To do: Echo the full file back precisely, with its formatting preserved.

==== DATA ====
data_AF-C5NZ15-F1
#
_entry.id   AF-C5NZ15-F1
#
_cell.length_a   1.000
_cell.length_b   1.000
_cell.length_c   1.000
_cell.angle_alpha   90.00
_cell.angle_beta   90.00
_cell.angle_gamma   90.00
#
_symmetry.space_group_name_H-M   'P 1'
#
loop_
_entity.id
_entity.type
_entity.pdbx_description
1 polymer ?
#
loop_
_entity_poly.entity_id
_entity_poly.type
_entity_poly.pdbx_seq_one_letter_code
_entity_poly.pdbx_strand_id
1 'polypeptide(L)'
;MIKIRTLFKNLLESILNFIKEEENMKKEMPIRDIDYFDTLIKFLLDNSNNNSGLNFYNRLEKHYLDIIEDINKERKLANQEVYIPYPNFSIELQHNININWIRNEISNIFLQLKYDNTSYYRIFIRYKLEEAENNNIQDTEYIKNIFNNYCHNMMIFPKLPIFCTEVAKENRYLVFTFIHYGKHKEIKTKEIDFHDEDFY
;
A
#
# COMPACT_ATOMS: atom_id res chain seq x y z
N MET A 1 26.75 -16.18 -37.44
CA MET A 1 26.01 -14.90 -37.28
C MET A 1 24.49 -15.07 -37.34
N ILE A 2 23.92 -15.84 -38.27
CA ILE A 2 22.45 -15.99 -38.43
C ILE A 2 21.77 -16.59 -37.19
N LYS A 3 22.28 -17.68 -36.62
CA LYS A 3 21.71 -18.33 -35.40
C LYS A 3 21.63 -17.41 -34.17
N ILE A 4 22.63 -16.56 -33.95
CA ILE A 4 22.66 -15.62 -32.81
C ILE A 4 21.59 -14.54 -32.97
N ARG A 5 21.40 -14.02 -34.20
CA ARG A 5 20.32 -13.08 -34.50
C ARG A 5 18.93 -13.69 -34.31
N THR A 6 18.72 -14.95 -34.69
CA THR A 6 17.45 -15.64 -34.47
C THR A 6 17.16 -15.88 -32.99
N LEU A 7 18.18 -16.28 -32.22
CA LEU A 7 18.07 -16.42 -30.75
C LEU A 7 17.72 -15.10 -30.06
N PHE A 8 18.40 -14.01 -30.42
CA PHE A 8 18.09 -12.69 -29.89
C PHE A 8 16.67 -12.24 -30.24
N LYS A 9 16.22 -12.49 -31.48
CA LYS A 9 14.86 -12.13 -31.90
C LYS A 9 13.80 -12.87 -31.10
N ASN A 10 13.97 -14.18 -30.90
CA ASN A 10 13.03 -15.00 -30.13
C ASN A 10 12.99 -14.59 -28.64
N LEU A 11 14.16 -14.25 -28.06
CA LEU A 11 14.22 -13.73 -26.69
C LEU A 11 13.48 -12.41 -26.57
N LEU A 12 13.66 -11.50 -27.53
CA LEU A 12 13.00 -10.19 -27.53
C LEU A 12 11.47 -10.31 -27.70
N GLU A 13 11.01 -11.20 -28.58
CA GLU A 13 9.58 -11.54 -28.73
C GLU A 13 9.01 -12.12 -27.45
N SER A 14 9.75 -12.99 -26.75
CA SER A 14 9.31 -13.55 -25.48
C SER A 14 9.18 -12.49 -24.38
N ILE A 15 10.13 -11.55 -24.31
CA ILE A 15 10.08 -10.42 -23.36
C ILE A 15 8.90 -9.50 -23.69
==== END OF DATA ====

data_AF-C5NZ15-F1
#
_entry.id   AF-C5NZ15-F1
#
_cell.length_a   1.000
_cell.length_b   1.000
_cell.length_c   1.000
_cell.angle_alpha   90.00
_cell.angle_beta   90.00
_cell.angle_gamma   90.00
#
_symmetry.space_group_name_H-M   'P 1'
#
loop_
_entity.id
_entity.type
_entity.pdbx_description
1 polymer ?
#
loop_
_entity_poly.entity_id
_entity_poly.type
_entity_poly.pdbx_seq_one_letter_code
_entity_poly.pdbx_strand_id
1 'polypeptide(L)'
;MIKIRTLFKNLLESILNFIKEEENMKKEMPIRDIDYFDTLIKFLLDNSNNNSGLNFYNRLEKHYLDIIEDINKERKLANQEVYIPYPNFSIELQHNININWIRNEISNIFLQLKYDNTSYYRIFIRYKLEEAENNNIQDTEYIKNIFNNYCHNMMIFPKLPIFCTEVAKENRYLVFTFIHYGKHKEIKTKEIDFHDEDFY
;
A
#
# COMPACT_ATOMS: atom_id res chain seq x y z
N MET A 1 26.75 -16.18 -37.44
CA MET A 1 26.01 -14.90 -37.28
C MET A 1 24.49 -15.07 -37.34
N ILE A 2 23.92 -15.84 -38.27
CA ILE A 2 22.45 -15.99 -38.43
C ILE A 2 21.77 -16.59 -37.19
N LYS A 3 22.28 -17.68 -36.62
CA LYS A 3 21.71 -18.33 -35.40
C LYS A 3 21.63 -17.41 -34.17
N ILE A 4 22.63 -16.56 -33.95
CA ILE A 4 22.66 -15.62 -32.81
C ILE A 4 21.59 -14.54 -32.97
N ARG A 5 21.40 -14.02 -34.20
CA ARG A 5 20.32 -13.08 -34.50
C ARG A 5 18.93 -13.69 -34.31
N THR A 6 18.72 -14.95 -34.69
CA THR A 6 17.45 -15.64 -34.47
C THR A 6 17.16 -15.88 -32.99
N LEU A 7 18.18 -16.28 -32.22
CA LEU A 7 18.07 -16.42 -30.75
C LEU A 7 17.72 -15.10 -30.06
N PHE A 8 18.40 -14.01 -30.42
CA PHE A 8 18.09 -12.69 -29.89
C PHE A 8 16.67 -12.24 -30.24
N LYS A 9 16.22 -12.49 -31.48
CA LYS A 9 14.86 -12.13 -31.90
C LYS A 9 13.80 -12.87 -31.10
N ASN A 10 13.97 -14.18 -30.90
CA ASN A 10 13.03 -15.00 -30.13
C ASN A 10 12.99 -14.59 -28.64
N LEU A 11 14.16 -14.25 -28.06
CA LEU A 11 14.22 -13.73 -26.69
C LEU A 11 13.48 -12.41 -26.57
N LEU A 12 13.66 -11.50 -27.53
CA LEU A 12 13.00 -10.19 -27.53
C LEU A 12 11.47 -10.31 -27.70
N GLU A 13 11.01 -11.20 -28.58
CA GLU A 13 9.58 -11.54 -28.73
C GLU A 13 9.01 -12.12 -27.45
N SER A 14 9.75 -12.99 -26.75
CA SER A 14 9.31 -13.55 -25.48
C SER A 14 9.18 -12.49 -24.38
N ILE A 15 10.13 -11.55 -24.31
CA ILE A 15 10.08 -10.42 -23.36
C ILE A 15 8.90 -9.50 -23.69